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Daley v. License Appeal Commission of the City of Chicago

December 30, 1999


The opinion of the court was delivered by: Justice Quinn

Appeal from the Circuit Court of Cook County Honorable Robert V. Boharic, Judge Presiding.

Plaintiff, Richard M. Daley, mayor and local liquor control commissioner of the City of Chicago, appeals from an order of the circuit court denying plaintiff's motion to review the sanction imposed upon defendants, Ms. Eva's Grocery/Deli, and George Person, president and owner of Ms. Eva's Grocery/Deli, on the grounds that the circuit court lacked jurisdiction. Plaintiff contends on appeal that: (1) the circuit court erred in finding that it lacked jurisdiction to decide whether the Local Liquor Control Commission's original revocation sanction was proper; (2) the License Appeal Commission lacked the authority to remand the case to the Local Liquor Control Commission for further proceedings; and (3) the Local Liquor Control Commission's revocation of defendants' liquor license was proper. For the reasons that follow, we affirm, but on grounds other than those given by the trial court as we may affirm a judgment of the circuit court upon any ground contained in the record, regardless of whether the circuit court relied upon it. See Ficken v. Alton & Southern Railway Co., 291 Ill. App. 3d 635, 642, 685 N.E.2d 1 (1996).

Ms. Eva's Grocery/Deli (Ms. Eva's), located at 807 North Monticello Avenue in Chicago, is co-owned and operated by George Person and Eva Anderson. On or about November 8, 1993, plaintiff, Richard M. Daley, in his capacity as mayor and local liquor control commissioner of the City of Chicago, issued a notice of hearing informing George Person, as owner and operator of Ms. Eva's, that the Local Liquor Control Commission (LLCC) sought to revoke its liquor license and other business licenses. The notice charged Person and his agents with knowingly possessing a controlled substance with intent to deliver in violation of several state statutes. The notice further alleged that Person and Anderson possessed two firearms and ammunition without obtaining an Illinois Firearm Owner's Identification Card (FOID card). Neither firearm was registered with the City of Chicago. The record indicates that this matter was the first time in Ms. Eva's 24-year business history that it was formally charged with a sanction.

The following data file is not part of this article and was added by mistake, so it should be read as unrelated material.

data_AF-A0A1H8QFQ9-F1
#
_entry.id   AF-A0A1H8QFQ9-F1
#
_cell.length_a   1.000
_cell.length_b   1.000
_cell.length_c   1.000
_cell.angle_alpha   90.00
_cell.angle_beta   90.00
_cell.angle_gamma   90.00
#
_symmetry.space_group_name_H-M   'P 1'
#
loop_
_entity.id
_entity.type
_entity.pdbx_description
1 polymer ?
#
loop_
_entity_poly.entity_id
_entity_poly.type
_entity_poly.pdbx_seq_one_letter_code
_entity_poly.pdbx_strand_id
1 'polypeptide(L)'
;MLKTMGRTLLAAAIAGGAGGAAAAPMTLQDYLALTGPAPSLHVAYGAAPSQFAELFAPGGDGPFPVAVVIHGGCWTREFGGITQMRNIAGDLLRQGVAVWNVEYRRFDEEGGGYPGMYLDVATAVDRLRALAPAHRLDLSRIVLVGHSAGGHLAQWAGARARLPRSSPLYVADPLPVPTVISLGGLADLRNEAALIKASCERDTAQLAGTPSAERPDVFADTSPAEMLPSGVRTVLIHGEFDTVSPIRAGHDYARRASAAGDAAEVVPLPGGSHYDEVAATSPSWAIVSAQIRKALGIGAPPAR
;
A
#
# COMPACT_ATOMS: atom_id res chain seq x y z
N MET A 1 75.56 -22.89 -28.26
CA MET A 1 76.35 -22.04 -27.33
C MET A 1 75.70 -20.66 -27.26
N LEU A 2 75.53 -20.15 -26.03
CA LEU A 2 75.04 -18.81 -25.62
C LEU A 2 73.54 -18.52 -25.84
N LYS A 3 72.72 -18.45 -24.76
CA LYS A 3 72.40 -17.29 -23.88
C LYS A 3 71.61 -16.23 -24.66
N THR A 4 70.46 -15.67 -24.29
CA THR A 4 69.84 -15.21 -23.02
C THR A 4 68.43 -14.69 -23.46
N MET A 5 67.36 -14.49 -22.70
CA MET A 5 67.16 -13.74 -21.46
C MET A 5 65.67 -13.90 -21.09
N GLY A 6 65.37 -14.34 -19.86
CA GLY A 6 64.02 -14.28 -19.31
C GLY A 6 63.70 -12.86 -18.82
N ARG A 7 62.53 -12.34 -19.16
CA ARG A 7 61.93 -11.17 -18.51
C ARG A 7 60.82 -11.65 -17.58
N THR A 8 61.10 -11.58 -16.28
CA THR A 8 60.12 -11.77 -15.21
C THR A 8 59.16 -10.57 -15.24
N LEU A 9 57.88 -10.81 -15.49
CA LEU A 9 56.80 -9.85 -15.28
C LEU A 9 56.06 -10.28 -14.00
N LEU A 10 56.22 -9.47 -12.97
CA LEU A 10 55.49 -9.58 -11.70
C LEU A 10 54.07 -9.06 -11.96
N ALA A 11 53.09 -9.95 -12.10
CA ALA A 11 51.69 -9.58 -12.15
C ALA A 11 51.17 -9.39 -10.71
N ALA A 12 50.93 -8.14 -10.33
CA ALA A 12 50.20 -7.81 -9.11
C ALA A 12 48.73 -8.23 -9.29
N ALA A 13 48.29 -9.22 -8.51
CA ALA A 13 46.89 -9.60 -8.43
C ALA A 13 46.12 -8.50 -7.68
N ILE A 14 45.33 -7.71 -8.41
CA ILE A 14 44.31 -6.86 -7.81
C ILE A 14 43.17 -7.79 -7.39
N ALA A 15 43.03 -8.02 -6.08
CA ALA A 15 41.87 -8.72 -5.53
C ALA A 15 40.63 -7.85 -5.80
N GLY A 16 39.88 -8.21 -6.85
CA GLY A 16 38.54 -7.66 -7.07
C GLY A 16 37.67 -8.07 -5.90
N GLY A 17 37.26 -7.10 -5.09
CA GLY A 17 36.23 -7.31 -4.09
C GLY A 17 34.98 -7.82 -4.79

Evidentiary hearings were held before the LLCC on March 24, April 21, and May 19, 1994. Chicago police officer Anthony Dicristofano testified that on July 16, 1993, he and his partner, Officer Daniel Gutierrez, were dressed as plainclothes officers and entered Ms. Eva's at approximately 6:45 p.m. pursuant to a narcotics investigation. Officer Dicristofano observed Person and Cynthia Sandifer, Eva Anderson's sister, behind the counter. Sandifer looked in Officer Dicristofano's direction and then carried a small envelope box to the meat cooler. After observing Sandifer, Officer Dicristofano walked behind the counter and entered the meat cooler, where he found the envelope box and discovered that it contained $25 and six small brown envelopes. Each envelope contained a green leafy substance, which he suspected was marijuana. The parties subsequently stipulated that if called to testify, chemist Timothy J. Chapman would testify that he weighed the substances in the envelopes and tested them. The test results were positive for the presence of marijuana. Officer Dicristofano testified that, in his opinion, the narcotics were to be used for distribution rather than personal consumption.